Van Sickle, If Scotland goes independent, will the Open only be played in England?
--BigMark via Twitter
All the best Open courses (except Royal Birkdale) are in Scotland so I hope not. I’d say the biggest problem would be that if Scotland becomes independent, Vladimir Putin may attack it.
Vans, The KLM Open offers a trip to space for a hole-in-one this week. What do you like to win when you make a hole-in-one?
--The Bogey Train via Twitter
I’d like to win anything, man. I’ve made seven aces and all I’ve got is a cheap-o little trophy with a 1 on it that Milwaukee County used to hand out to ace-makers on its courses. That was for my first ace back in 1978 at Brown Deer and I’d be shocked if they still gave out anything. If I won a trip to space, I’d want to be sure it was for a round trip and not a one-way ticket. I’d love a space ride, but if June Lockhart and Billy Mumy were on board, I’d get the hell out before blast-off.
Van Cynical, Start the golf season in January, move the PGA to March, do three FedEx events in August with aggregate scoring, end by Sept. 1 and ax the fall events. Thoughts?
--Chris Folds via Twitter
I’m down with a March PGA somewhere warm and your FedEx format, which I’ve been touting since Day One of the FedEx Cup. Three weeks is enough, I agree. Why ax the fall events, though? Sponsors are paying for them, fans attend them and you’d lose playing opportunities for a bunch of American pros, some of whom we’re going to need if we’re ever going to win another Ryder Cup. The marketplace will ultimately determine the fate of the fall events. The strong will survive.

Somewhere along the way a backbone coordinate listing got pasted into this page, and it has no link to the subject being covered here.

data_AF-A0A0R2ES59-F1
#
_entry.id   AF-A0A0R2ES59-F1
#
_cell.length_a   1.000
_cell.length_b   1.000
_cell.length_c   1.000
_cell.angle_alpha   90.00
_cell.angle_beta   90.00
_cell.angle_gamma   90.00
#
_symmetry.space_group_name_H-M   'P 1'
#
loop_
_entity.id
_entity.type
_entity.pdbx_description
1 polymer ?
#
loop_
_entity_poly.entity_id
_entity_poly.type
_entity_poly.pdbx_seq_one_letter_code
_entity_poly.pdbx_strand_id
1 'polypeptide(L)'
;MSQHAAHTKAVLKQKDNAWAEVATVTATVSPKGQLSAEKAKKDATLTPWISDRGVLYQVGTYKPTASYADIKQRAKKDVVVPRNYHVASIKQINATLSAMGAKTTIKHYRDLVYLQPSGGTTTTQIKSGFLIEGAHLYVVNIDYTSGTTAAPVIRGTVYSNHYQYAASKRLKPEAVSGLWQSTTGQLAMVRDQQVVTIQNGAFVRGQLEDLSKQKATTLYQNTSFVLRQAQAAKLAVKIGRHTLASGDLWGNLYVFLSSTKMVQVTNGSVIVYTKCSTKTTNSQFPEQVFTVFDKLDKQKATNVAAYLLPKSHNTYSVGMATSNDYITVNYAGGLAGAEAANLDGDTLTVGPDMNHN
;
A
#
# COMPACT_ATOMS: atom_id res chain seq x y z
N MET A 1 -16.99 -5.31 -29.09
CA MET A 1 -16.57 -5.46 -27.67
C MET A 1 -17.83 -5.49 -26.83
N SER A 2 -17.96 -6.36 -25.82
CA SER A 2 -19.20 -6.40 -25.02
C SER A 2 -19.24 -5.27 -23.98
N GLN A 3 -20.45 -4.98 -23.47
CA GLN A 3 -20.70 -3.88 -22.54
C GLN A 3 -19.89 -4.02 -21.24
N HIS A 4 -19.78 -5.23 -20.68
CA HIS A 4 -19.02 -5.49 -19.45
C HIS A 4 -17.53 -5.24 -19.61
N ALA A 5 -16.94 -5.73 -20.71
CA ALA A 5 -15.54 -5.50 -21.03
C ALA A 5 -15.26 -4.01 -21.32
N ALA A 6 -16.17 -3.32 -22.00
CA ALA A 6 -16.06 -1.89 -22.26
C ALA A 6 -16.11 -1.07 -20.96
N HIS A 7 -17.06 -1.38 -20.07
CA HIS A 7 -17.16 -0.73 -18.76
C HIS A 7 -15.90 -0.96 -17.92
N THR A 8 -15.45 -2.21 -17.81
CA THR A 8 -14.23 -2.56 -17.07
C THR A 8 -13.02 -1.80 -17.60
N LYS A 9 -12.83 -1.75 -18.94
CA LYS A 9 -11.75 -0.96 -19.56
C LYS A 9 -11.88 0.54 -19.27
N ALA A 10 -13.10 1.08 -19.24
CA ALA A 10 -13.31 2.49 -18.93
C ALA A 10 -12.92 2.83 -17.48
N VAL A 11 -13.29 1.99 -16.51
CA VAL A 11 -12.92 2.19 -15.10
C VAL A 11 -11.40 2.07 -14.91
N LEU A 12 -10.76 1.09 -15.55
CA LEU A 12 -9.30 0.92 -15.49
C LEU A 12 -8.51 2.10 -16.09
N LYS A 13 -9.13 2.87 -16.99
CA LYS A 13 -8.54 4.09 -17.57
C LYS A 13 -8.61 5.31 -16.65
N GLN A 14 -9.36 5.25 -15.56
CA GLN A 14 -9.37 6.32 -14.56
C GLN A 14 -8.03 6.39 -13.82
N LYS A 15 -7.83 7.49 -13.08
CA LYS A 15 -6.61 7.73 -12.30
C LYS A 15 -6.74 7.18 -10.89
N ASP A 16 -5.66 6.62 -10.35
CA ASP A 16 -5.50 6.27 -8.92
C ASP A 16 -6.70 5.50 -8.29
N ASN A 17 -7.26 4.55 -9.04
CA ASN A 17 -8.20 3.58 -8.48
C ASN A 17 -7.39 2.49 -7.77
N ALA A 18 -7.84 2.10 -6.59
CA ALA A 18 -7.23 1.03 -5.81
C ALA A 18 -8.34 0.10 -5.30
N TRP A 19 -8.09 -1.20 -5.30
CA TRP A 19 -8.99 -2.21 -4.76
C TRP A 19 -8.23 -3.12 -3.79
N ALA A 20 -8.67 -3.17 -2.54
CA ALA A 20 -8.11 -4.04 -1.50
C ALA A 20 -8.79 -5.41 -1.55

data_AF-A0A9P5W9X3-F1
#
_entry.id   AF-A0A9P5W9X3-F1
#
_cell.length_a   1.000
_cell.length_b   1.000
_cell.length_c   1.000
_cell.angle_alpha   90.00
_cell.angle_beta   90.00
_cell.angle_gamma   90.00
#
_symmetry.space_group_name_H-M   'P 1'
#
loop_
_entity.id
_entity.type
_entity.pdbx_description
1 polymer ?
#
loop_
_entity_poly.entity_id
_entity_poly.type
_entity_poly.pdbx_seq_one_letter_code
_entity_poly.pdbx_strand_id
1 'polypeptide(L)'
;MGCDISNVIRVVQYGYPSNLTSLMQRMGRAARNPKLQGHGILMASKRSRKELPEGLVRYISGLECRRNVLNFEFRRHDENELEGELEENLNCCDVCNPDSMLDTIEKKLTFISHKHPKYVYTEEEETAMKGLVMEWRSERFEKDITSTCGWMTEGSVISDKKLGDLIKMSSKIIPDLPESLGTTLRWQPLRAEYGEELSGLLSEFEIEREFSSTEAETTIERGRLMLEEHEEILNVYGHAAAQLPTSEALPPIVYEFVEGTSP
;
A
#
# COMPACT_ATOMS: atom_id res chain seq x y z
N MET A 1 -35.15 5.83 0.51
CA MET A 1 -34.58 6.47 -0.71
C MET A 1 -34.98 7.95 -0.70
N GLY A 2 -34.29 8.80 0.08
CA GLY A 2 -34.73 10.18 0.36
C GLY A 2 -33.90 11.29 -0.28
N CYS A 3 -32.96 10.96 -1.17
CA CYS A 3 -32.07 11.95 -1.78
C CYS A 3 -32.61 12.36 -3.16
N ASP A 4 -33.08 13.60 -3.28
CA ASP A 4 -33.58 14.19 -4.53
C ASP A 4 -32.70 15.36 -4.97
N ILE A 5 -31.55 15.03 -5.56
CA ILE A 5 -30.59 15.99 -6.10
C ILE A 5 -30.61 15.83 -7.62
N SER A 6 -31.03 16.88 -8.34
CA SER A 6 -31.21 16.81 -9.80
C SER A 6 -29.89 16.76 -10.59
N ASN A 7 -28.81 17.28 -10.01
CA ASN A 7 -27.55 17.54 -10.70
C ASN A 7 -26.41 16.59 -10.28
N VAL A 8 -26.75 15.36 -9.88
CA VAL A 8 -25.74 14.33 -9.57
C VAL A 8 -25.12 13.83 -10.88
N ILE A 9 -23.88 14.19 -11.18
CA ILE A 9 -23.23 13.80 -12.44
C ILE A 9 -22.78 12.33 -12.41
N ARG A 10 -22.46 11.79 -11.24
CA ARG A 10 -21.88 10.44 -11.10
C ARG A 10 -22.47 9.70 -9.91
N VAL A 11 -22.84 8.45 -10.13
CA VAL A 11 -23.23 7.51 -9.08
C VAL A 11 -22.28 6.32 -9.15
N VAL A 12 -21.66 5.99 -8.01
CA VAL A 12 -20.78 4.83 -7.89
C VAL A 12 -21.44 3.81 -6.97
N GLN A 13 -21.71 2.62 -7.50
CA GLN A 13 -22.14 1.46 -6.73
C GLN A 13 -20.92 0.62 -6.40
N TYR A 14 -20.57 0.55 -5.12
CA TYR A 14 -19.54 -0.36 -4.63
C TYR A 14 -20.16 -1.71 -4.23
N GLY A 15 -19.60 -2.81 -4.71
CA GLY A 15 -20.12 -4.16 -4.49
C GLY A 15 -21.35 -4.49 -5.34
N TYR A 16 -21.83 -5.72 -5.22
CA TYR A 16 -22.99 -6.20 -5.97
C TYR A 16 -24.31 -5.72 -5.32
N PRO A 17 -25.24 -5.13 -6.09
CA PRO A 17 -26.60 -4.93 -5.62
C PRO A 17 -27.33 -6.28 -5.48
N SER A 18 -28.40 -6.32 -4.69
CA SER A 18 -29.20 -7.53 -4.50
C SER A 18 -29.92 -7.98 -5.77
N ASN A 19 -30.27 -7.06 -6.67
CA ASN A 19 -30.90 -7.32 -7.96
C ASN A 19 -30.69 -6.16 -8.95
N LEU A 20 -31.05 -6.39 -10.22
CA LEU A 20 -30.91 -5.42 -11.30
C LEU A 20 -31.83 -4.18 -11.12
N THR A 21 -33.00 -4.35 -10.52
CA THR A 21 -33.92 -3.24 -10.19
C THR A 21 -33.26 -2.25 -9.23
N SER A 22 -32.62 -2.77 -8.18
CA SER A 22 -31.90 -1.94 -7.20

Vans, Why do you think Tom Watson hasn’t contacted Paul Azinger? What has the PGA of America got against Larry Nelson? What’s with Watson’s geriatric vice captains?
--David Bailey via Twitter
Why would Tom need to talk to Zinger? Watson has already done this job before, in 1993, and Zinger was one of his key players that year. Zinger had a historic captaincy six years ago and rewrote the selection rules to field a more competitive team for the U.S. and Watson, by the way, gave back one of the four wild-card choices that Zinger insisted on. No one knows why the PGA never gave Nelson, a Ryder Cup assassin, a shot at the captaincy but it’s probably too late now. As for the aging assistants, captains usually pick their peers and Watson is 65. Who were you expecting as assistants, Justin Bieber and Jimmy Fallon?
Sickle Cell, Did Cherry Hills impress enough that it could get back in the major rota? What other courses deserve a shot, a la Merion?
--Tej Sahota via Twitter
The scores weren’t as low as I thought they’d be so maybe yes. One thing we learned from The International, a defunct Tour stop south of Denver, was that August is prime lightning season late in the afternoon there. That probably precludes a PGA. A U.S. Open, then? You could definitely play a Women’s Open or Senior Open there. I’m not sure about the men.
Vans, I play both right-handed and left-handed. The USGA won’t let me keep two handicaps. Why not?
--Richard Spreier via Twitter
You should try cloning yourself and making him a pure lefty. Or you could do what most people do and that’s set up a fake alternate identity with a legit Social Security number and passport and web-search info just in case you have to fake your own death to escape creditors, the IRS or Argentinian mobsters. I’m not admitting to anything but that’s why you’ve never seen John McCain and I together in a photograph.